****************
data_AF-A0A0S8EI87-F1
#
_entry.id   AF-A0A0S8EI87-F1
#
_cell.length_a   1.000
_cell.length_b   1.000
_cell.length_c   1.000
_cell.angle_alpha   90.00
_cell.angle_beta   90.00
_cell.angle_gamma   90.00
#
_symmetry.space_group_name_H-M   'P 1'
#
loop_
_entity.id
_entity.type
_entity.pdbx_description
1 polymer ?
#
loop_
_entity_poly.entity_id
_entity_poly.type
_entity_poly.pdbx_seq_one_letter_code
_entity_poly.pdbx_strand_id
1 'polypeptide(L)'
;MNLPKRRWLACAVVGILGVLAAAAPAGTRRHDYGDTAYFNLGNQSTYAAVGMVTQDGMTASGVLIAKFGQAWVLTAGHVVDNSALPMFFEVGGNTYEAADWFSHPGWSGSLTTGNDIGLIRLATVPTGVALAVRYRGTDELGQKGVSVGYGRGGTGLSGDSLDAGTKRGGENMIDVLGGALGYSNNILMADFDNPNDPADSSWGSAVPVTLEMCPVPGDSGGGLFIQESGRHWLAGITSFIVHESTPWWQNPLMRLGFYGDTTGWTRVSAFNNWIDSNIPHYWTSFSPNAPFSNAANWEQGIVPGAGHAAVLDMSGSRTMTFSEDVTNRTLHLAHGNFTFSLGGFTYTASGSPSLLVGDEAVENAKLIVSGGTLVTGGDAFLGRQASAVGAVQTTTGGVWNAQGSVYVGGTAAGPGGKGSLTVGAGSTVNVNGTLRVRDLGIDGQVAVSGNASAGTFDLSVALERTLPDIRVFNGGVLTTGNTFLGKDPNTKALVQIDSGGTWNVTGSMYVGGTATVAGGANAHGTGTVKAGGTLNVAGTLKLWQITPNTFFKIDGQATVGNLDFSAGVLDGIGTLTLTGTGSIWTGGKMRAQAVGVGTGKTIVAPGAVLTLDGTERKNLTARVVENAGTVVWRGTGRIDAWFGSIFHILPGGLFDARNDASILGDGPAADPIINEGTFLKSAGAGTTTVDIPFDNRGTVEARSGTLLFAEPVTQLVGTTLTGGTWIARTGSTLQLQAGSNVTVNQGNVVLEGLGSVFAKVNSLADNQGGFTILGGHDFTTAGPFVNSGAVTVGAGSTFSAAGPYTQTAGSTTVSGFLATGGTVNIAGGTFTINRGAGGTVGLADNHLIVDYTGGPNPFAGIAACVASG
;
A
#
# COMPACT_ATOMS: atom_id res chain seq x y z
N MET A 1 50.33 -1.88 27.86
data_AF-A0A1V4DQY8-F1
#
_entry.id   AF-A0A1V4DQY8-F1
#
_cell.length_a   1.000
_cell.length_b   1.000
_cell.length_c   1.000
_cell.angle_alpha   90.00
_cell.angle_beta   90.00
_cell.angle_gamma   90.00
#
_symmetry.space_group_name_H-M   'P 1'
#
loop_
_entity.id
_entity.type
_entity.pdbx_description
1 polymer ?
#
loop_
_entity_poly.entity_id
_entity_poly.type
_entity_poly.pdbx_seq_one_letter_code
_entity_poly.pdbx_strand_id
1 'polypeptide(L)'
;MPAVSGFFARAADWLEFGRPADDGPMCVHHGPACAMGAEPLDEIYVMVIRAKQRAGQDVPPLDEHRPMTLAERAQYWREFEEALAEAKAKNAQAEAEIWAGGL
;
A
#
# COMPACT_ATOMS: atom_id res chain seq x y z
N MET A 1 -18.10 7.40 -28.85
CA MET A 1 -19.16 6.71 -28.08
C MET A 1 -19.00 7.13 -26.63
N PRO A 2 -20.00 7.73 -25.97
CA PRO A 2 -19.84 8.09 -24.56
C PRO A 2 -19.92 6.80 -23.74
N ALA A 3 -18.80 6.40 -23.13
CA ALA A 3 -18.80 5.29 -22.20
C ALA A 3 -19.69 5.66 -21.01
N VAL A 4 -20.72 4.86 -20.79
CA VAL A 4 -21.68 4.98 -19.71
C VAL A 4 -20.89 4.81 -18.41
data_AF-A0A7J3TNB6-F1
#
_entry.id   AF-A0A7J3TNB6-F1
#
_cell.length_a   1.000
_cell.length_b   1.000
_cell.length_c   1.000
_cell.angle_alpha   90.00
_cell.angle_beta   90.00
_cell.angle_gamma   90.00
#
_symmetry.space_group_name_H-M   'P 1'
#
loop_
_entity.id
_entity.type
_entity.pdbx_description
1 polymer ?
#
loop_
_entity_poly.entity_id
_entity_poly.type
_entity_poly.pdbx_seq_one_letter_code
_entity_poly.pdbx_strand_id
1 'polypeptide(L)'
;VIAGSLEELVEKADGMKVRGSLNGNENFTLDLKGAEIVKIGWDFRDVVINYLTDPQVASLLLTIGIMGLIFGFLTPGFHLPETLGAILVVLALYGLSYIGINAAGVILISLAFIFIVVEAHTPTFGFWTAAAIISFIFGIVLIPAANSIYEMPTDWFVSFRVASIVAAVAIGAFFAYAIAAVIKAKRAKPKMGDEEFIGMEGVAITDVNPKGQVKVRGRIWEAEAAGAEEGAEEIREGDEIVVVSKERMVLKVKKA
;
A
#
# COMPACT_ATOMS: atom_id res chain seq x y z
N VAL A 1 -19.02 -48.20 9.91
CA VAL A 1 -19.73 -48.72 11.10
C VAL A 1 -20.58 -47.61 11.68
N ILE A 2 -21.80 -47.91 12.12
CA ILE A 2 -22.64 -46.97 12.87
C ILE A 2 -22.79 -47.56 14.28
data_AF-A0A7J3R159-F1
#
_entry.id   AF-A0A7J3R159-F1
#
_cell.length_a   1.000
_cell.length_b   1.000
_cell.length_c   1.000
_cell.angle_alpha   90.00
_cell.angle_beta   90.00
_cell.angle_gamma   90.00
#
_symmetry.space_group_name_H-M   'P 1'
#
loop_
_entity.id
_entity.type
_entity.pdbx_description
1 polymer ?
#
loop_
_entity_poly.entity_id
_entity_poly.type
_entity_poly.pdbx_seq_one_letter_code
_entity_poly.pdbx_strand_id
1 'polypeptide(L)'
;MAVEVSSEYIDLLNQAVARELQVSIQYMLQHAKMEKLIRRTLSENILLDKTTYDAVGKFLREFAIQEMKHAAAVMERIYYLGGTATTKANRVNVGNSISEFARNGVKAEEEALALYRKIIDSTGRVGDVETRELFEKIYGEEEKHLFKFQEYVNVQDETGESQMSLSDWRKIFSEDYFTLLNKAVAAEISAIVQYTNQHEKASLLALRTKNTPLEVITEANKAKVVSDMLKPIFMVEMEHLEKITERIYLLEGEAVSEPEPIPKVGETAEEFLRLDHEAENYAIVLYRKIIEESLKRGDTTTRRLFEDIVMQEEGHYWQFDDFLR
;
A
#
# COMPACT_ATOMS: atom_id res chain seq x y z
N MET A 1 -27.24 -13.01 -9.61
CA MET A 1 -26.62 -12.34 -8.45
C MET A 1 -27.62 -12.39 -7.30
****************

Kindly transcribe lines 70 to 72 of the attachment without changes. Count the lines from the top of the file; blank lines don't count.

C ALA A 3 -19.69 5.66 -21.01
N VAL A 4 -20.72 4.86 -20.79
CA VAL A 4 -21.68 4.98 -19.71